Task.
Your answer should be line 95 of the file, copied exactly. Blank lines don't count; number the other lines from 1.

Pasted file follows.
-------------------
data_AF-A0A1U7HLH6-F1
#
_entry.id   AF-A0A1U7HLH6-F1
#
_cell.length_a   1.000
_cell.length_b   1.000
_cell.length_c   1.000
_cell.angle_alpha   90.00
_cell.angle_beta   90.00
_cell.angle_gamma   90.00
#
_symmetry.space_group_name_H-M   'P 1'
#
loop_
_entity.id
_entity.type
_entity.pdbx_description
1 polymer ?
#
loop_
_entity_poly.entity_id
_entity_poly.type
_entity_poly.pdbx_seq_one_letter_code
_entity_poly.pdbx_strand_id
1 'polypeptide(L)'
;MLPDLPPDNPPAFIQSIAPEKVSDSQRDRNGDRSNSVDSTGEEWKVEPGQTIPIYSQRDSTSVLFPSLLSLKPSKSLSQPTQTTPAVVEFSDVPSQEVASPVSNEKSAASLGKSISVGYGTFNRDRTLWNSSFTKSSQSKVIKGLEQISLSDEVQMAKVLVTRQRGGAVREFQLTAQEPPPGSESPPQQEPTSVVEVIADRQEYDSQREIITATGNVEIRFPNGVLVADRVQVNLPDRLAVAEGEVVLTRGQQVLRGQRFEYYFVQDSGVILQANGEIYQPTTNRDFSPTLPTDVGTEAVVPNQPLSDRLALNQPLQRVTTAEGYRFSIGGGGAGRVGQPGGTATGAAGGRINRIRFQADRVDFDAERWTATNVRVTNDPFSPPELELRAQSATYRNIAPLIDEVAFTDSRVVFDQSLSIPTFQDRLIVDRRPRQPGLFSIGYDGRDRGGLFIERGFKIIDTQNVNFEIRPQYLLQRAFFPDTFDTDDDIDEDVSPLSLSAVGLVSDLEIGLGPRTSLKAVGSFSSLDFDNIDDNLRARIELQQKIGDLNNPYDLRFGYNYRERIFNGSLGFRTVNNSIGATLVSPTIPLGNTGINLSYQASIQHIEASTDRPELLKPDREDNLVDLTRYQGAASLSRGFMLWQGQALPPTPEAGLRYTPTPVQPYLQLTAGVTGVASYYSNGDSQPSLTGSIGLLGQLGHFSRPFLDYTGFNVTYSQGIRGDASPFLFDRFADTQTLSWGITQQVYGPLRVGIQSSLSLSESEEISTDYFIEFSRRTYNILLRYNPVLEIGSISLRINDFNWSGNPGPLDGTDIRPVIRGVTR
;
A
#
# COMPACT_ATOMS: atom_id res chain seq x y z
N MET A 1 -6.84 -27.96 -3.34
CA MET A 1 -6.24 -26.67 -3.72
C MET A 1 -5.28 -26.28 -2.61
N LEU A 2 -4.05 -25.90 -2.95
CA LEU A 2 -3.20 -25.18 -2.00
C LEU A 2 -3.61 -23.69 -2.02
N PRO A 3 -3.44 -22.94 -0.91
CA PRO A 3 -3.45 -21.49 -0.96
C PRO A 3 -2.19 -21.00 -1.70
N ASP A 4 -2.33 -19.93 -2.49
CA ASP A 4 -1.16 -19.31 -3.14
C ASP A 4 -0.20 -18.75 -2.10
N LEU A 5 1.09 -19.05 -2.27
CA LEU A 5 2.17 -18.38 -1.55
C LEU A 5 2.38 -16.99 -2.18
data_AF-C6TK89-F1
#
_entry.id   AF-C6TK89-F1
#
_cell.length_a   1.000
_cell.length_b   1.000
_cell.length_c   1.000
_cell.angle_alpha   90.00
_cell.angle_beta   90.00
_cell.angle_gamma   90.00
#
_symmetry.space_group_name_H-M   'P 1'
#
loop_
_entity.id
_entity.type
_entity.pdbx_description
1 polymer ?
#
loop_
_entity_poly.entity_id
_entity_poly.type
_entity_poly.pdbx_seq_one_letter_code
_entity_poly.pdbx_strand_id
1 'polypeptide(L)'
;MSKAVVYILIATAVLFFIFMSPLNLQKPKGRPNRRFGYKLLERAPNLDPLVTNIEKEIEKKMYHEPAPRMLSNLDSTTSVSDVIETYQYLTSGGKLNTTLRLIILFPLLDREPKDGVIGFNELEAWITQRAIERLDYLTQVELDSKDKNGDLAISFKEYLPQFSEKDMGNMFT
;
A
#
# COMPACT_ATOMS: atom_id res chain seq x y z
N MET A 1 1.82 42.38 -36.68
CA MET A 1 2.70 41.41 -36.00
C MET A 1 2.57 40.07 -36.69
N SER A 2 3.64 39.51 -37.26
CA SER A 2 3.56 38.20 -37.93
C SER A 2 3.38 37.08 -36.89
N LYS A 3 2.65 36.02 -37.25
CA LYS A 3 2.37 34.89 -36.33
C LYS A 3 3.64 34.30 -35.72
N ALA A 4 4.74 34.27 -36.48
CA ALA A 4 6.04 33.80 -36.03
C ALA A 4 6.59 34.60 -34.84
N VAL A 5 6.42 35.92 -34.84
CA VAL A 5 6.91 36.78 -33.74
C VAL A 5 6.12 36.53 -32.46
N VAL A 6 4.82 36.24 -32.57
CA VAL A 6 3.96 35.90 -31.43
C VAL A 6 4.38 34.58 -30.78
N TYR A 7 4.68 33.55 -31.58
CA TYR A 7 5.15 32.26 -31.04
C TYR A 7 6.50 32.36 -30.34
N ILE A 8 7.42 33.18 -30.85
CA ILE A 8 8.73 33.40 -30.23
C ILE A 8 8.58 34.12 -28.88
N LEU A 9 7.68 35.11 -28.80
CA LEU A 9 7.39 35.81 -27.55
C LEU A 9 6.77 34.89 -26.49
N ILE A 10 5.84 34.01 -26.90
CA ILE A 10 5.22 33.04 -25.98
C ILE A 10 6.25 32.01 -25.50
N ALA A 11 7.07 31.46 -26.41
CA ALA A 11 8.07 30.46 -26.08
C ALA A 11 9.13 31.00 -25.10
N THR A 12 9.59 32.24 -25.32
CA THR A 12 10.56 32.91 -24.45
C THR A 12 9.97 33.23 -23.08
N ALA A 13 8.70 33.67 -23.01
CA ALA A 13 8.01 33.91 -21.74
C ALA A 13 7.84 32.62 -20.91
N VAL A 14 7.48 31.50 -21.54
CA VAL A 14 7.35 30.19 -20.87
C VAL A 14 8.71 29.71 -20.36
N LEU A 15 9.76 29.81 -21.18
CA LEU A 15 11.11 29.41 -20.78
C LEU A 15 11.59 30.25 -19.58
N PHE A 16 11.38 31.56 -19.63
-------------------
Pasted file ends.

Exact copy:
CA TYR A 7 5.15 32.26 -31.04